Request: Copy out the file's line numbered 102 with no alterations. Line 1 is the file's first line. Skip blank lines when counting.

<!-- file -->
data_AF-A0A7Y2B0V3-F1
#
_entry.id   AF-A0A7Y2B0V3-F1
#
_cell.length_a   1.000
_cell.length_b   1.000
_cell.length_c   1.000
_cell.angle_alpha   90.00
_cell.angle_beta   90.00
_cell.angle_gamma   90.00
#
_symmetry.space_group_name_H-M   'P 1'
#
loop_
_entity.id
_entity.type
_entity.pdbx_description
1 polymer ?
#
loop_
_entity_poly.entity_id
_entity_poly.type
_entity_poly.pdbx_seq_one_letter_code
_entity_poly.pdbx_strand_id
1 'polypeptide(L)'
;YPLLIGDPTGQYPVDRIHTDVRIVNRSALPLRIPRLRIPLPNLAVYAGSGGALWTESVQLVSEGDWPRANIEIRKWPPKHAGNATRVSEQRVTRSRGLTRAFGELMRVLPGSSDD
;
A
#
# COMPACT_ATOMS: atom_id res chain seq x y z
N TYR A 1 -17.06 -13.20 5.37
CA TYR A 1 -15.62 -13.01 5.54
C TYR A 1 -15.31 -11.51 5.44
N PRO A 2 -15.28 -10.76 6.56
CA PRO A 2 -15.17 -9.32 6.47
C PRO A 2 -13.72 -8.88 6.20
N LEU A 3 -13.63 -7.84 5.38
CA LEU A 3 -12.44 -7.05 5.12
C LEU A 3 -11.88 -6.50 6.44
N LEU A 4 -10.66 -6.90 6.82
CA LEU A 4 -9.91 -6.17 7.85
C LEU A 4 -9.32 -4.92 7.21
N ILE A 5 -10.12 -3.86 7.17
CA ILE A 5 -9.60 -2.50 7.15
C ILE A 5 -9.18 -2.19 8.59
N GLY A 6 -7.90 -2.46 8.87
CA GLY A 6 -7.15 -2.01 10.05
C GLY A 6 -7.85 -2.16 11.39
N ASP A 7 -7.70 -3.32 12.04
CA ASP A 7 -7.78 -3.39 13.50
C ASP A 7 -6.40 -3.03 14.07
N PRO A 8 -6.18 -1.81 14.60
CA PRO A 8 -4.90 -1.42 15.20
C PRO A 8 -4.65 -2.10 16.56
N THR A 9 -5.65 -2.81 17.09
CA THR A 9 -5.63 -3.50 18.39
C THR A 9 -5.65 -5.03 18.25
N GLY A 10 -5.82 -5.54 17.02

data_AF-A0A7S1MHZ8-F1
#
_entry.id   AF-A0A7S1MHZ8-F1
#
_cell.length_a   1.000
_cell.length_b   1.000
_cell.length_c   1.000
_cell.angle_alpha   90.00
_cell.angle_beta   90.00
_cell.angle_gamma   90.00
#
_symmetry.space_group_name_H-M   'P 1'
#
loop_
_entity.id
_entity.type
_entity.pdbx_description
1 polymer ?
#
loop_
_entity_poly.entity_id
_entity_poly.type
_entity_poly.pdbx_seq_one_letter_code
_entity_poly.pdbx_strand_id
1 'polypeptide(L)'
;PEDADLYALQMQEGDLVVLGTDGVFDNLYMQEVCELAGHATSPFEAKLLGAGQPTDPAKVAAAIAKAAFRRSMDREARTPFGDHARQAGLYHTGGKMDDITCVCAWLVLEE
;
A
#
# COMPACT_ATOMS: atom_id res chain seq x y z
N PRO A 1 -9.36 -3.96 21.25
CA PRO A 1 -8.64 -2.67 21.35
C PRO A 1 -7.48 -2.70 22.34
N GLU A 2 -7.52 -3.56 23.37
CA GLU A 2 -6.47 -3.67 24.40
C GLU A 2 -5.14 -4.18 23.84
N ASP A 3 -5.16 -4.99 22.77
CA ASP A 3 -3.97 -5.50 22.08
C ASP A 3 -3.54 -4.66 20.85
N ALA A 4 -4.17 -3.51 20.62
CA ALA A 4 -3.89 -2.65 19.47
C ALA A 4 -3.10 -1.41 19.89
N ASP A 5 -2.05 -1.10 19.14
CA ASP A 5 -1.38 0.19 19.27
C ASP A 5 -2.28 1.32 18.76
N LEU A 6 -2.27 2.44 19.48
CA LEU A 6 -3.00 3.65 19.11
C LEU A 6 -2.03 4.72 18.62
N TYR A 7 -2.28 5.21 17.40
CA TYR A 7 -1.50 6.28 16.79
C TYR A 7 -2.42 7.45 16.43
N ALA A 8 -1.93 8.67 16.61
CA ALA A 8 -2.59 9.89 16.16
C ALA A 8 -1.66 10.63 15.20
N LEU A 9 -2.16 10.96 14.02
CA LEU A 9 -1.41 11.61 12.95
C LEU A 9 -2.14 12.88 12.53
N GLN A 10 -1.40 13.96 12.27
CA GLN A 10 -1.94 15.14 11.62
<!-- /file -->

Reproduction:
CA ASP A 5 -1.38 0.19 19.27